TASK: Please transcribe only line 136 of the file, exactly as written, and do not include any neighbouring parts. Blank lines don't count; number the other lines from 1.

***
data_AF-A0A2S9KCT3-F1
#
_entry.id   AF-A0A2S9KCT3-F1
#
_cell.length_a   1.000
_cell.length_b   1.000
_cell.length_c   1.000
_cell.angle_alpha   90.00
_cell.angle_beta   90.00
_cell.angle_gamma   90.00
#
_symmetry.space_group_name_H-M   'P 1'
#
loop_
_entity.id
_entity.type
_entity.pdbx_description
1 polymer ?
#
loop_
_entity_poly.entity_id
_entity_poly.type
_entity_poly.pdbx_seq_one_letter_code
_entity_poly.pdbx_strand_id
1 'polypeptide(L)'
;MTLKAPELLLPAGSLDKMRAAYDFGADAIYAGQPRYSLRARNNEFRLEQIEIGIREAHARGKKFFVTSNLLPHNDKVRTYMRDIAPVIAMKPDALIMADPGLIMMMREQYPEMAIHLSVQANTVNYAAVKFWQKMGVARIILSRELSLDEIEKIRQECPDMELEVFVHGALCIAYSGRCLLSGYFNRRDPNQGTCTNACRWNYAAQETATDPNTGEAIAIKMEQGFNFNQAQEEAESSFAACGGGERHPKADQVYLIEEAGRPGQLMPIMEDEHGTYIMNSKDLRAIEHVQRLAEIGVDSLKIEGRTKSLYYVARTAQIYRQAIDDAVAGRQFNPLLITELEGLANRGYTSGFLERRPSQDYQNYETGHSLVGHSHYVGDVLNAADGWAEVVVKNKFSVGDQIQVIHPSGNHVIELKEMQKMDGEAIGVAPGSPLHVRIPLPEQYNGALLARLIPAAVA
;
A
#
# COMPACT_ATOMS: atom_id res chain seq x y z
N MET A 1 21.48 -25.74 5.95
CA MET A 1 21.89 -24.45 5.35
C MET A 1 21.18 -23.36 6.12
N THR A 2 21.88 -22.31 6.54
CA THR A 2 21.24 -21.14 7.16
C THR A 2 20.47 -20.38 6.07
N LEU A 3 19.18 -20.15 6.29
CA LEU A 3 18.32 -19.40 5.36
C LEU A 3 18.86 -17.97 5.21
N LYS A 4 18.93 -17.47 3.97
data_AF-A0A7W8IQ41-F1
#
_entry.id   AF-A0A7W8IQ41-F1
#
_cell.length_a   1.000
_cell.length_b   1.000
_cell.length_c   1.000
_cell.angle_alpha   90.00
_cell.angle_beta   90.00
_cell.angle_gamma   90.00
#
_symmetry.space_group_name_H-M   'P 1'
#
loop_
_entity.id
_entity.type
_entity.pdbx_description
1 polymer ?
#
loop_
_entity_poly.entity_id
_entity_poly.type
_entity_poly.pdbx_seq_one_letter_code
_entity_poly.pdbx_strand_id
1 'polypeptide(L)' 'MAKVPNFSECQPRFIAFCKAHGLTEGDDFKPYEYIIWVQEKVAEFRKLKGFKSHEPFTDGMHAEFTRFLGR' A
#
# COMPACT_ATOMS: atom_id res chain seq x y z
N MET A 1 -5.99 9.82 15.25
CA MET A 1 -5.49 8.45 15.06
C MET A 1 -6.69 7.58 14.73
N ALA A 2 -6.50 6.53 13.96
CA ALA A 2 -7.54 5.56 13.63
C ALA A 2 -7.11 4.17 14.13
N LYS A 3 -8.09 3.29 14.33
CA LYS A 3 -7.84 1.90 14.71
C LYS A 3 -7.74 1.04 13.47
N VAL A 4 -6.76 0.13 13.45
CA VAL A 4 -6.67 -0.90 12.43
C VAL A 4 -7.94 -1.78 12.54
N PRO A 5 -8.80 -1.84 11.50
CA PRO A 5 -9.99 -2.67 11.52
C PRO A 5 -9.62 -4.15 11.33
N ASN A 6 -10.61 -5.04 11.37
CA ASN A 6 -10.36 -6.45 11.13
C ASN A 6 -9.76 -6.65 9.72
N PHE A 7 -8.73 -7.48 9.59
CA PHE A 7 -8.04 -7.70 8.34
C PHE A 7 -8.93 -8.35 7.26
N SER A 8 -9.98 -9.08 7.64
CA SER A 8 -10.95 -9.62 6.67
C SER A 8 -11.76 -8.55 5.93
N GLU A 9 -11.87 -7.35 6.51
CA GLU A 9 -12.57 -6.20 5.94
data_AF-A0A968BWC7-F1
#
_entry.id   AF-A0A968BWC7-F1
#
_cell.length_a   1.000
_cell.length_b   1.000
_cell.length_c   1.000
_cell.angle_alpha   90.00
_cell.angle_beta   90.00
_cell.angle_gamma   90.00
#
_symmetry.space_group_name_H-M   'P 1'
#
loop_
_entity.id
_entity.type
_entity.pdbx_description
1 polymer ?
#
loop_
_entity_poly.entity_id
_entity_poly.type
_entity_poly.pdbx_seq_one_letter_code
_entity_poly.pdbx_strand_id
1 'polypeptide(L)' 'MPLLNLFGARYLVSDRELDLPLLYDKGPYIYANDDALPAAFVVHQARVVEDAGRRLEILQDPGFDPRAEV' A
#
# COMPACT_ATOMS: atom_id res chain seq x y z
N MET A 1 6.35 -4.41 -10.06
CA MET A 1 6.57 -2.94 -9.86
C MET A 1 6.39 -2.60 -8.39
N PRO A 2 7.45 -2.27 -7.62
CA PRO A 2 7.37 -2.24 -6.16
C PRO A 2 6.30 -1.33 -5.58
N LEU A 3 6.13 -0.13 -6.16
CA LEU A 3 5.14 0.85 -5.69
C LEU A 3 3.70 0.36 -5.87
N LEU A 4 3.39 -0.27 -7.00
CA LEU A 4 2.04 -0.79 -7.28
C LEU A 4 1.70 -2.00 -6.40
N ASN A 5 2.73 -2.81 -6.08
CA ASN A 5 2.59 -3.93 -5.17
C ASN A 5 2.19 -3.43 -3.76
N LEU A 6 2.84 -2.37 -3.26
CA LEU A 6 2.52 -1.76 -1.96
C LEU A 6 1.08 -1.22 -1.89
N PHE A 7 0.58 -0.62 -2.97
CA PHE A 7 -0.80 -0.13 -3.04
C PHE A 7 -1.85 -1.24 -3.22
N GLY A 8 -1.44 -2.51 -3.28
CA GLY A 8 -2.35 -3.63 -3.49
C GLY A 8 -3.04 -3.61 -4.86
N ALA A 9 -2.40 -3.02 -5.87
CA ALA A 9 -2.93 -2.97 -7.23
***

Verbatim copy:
N LEU A 6 2.84 -2.37 -3.26